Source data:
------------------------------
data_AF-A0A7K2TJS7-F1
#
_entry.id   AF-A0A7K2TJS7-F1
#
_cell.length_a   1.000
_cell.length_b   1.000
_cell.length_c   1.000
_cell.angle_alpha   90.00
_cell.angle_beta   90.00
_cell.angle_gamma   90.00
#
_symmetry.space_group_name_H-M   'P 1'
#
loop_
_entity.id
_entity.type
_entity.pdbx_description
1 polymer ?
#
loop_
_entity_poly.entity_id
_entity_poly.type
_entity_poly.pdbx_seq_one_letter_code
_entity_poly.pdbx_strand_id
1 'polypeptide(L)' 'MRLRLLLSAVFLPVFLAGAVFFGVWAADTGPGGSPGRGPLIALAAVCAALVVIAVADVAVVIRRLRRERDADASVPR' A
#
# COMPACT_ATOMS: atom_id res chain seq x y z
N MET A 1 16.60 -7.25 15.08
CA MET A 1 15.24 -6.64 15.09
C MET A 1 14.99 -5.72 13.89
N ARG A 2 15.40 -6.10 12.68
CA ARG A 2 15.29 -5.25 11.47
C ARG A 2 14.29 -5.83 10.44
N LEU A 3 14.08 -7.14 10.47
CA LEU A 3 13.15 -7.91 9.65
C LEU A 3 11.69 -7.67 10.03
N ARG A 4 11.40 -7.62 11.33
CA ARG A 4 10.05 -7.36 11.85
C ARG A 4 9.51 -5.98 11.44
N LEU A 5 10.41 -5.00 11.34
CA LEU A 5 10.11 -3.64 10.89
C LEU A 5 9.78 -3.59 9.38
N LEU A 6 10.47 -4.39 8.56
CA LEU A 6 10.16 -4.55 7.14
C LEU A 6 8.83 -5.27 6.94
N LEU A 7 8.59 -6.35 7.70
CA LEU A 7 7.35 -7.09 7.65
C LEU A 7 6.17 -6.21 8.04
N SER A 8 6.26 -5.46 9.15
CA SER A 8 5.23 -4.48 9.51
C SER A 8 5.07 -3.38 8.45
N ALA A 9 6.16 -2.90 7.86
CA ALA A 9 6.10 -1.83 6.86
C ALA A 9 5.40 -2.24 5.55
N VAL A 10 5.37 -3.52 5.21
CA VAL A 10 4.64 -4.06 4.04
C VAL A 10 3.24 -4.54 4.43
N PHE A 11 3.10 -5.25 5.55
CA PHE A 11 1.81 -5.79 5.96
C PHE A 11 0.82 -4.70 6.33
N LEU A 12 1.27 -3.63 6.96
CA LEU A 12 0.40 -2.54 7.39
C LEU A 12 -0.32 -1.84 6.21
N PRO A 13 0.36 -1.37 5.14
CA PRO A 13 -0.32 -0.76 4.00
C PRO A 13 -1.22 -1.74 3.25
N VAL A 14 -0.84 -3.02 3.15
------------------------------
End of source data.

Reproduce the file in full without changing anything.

data_AF-A0A7K2TJS7-F1
#
_entry.id   AF-A0A7K2TJS7-F1
#
_cell.length_a   1.000
_cell.length_b   1.000
_cell.length_c   1.000
_cell.angle_alpha   90.00
_cell.angle_beta   90.00
_cell.angle_gamma   90.00
#
_symmetry.space_group_name_H-M   'P 1'
#
loop_
_entity.id
_entity.type
_entity.pdbx_description
1 polymer ?
#
loop_
_entity_poly.entity_id
_entity_poly.type
_entity_poly.pdbx_seq_one_letter_code
_entity_poly.pdbx_strand_id
1 'polypeptide(L)' 'MRLRLLLSAVFLPVFLAGAVFFGVWAADTGPGGSPGRGPLIALAAVCAALVVIAVADVAVVIRRLRRERDADASVPR' A
#
# COMPACT_ATOMS: atom_id res chain seq x y z
N MET A 1 16.60 -7.25 15.08
CA MET A 1 15.24 -6.64 15.09
C MET A 1 14.99 -5.72 13.89
N ARG A 2 15.40 -6.10 12.68
CA ARG A 2 15.29 -5.25 11.47
C ARG A 2 14.29 -5.83 10.44
N LEU A 3 14.08 -7.14 10.47
CA LEU A 3 13.15 -7.91 9.65
C LEU A 3 11.69 -7.67 10.03
N ARG A 4 11.40 -7.62 11.33
CA ARG A 4 10.05 -7.36 11.85
C ARG A 4 9.51 -5.98 11.44
N LEU A 5 10.41 -5.00 11.34
CA LEU A 5 10.11 -3.64 10.89
C LEU A 5 9.78 -3.59 9.38
N LEU A 6 10.47 -4.39 8.56
CA LEU A 6 10.16 -4.55 7.14
C LEU A 6 8.83 -5.27 6.94
N LEU A 7 8.59 -6.35 7.70
CA LEU A 7 7.35 -7.09 7.65
C LEU A 7 6.17 -6.21 8.04
N SER A 8 6.26 -5.46 9.15
CA SER A 8 5.23 -4.48 9.51
C SER A 8 5.07 -3.38 8.45
N ALA A 9 6.16 -2.90 7.86
CA ALA A 9 6.10 -1.83 6.86
C ALA A 9 5.40 -2.24 5.55
N VAL A 10 5.37 -3.52 5.21
CA VAL A 10 4.64 -4.06 4.04
C VAL A 10 3.24 -4.54 4.43
N PHE A 11 3.10 -5.25 5.55
CA PHE A 11 1.81 -5.79 5.96
C PHE A 11 0.82 -4.70 6.33
N LEU A 12 1.27 -3.63 6.96
CA LEU A 12 0.40 -2.54 7.39
C LEU A 12 -0.32 -1.84 6.21
N PRO A 13 0.36 -1.37 5.14
CA PRO A 13 -0.32 -0.76 4.00
C PRO A 13 -1.22 -1.74 3.25
N VAL A 14 -0.84 -3.02 3.15